We have it on two of our machines now ....can change those attachments with the flip of a switch... love it!

Yes, 118.2" to be exact.

Anthony Orlando
02-07-2005, 06:36 PM
Hey i seen that you were looking at a S185 Bobcat. I am looking at trading mine and wondered if you have any interest in mine. It has 350 hours, hand and foot controls, suspension seat front tires are foam filed, strobe package. cxab and heat.My sister lives in Maryland so I could possibly deliver it to you. This is a clean machine and i could e- mail you some pics. It is used for snow removal. 68 inch bucket.
Torlando@new.rr.com

D Felix
02-08-2005, 08:51 PM
I missed this thread the first time around....

Did you buy the S185, Mike?

If/when we get to the point of buying a larger machine (probably 1-2 years from now), we will probably look into/compare traditional skidsteers with articulated loaders like Kubota has out. The articulated loaders cost a little more, but do a LOT less turf damage. I'm not sure how they compare pricewise to the all-wheel steer Bobcat's though. I think the new Kubotas have the "standard" skidsteer attachment plates.

Just a thought if you haven't bought one. But I've got a feeling you have.:)


Dan

mbella
02-08-2005, 09:04 PM
Dan, I bought the S185 back in December. I have a Kubota that is a couple of years old and it has the quick tach kit. However, it wasn't factory installed. As much as I like the A300, I don't have that kind of dough yet. I think it's a little too heavy for what I wanted anyway.

D Felix
02-08-2005, 09:08 PM
Is it one of the articulated loaders though? That's what I was talking about.

Kubota has two sizes of them, I can't remember what the model numbers are.... There's a used one at a dealer here, the larger of the two, ~425 hours on it. Quoted ~$35k for it, which is what a new smaller one would run. Either size will pick up a full pallet of block/pavers without trouble, according to specs. You can also get a backhoe attachment for them (~$10k). From what I can tell, they are a pretty versatile machine.

How has the skid worked out for you? Did you get the older one or a newer one?


Dan

mbella
02-08-2005, 10:10 PM
Dan, my Kubota is an L-35 and no it is not an articulating loader. I bought a new S185. So far, we've used it for one grading job and snow removal. I was happy with the way it performed on the grading job. We were in deep mud and I couldn't get it stuck. It does have the flotation tires which help. As far as performance during snow removal, it has been fine.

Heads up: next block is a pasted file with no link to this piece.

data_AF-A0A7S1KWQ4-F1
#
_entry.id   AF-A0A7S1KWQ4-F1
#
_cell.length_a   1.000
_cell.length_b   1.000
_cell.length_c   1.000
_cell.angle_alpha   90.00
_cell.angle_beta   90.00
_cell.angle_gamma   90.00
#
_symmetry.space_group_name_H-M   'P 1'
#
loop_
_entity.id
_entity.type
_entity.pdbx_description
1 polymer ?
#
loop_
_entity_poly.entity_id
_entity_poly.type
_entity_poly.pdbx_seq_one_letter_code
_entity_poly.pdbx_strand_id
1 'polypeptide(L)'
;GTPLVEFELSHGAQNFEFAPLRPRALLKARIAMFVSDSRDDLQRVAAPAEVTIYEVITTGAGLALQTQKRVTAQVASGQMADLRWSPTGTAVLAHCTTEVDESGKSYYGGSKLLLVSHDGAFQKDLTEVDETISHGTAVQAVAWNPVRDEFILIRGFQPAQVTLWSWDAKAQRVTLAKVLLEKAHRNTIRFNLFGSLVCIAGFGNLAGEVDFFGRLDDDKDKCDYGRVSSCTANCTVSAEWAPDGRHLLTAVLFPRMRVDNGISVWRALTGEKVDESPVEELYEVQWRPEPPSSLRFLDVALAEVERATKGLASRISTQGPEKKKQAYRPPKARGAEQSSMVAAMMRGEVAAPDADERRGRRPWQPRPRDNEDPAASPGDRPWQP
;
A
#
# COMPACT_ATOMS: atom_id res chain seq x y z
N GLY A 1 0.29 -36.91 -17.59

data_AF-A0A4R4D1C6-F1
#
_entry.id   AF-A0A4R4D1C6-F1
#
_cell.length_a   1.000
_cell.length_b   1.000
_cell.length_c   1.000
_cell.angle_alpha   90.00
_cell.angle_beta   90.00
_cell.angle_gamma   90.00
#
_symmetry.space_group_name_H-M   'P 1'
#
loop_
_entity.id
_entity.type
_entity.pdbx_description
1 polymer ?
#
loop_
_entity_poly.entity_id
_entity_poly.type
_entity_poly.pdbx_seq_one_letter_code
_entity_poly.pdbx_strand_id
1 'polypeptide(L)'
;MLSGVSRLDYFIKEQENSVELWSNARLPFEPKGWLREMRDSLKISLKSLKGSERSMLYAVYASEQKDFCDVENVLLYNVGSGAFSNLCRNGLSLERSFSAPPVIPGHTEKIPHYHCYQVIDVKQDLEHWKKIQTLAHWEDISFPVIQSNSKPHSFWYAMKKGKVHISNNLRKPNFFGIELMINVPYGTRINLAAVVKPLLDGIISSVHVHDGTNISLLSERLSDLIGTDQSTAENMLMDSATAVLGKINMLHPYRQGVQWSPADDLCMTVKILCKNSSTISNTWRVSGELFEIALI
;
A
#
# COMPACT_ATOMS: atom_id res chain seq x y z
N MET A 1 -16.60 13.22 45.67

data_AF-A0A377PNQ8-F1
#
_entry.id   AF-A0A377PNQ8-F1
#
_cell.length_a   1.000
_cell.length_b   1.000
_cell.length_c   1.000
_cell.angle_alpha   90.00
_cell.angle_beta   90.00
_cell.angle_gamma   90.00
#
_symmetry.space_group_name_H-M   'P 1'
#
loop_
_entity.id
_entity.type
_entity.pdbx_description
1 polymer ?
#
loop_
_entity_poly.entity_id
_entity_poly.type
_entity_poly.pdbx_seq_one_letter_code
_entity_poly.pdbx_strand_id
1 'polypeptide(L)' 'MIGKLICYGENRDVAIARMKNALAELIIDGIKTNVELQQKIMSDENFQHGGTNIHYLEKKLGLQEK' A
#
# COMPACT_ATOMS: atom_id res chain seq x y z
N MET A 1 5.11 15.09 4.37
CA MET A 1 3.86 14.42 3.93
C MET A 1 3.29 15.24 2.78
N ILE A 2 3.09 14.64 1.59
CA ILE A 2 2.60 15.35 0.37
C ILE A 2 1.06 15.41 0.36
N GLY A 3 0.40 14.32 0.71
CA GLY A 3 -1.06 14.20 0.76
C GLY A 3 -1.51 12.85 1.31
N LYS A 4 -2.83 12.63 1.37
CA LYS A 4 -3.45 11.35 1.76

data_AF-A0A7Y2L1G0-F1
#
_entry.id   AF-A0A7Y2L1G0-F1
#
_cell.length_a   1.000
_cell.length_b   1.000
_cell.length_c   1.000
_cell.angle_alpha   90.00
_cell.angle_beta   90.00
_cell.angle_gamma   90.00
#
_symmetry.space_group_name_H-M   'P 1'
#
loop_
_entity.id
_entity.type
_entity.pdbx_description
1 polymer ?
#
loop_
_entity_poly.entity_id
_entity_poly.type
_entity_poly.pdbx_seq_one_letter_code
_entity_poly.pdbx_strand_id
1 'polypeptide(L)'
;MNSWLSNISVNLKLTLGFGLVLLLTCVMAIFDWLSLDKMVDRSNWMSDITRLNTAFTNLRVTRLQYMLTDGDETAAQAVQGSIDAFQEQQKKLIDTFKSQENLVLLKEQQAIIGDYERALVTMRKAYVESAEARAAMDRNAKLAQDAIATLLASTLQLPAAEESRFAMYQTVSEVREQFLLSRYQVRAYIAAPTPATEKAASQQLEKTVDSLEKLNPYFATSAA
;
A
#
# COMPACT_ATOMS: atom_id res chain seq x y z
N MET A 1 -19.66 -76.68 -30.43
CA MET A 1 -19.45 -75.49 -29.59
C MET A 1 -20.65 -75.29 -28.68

YardPro
02-09-2005, 09:42 PM
When these tracked machines are 3-5 years old I can see guys spending 1/2 to 3/4 of the machines value on tracks and undercarraige components. . IMHO


this is blowing things a bit out of proportion.

tracks are not much more than 2X the price of tires.

1/2 the value would be $10K ... Bulldozer tracks for a 30 ton dozer are only $5K...

TerraFirma Excavating
02-10-2005, 02:35 AM
I believe the rubber tracks are $1800-$2000 per track, so about $3600-$4000 if replacing the set. Idler rollers are $300-$400 each. I'm not sure on the price of sprockets, but you may also have to replace those too. Could easily add up to $6,000.

New standard sized tires for a skidsteer are about $800. The floatation sized tires for my machine are $1400. The cost of track replacement is considerably more than tire replacement, but this also reflects upon the additional cost at purchase. A new track machine costs $12,000 - $18,000 more than a similar sized tire equipped machine. The owner will also charge more per hour for the tracked machine, which will help offset the cost of track replacement down the road. The track machine will also be able to perform in conditions which a tire equipped machine cannot, so the operating season may be extended, thus offering more income.

The life of tracks or tires is going to depend upon what type of surface they are used on. A tracked machine and a rubber tire machine should get about the same life out of their rubber if running in the same conditions. From my own research, it seems like 1,200 - 1,800 hours would be a fairly average useful life of either.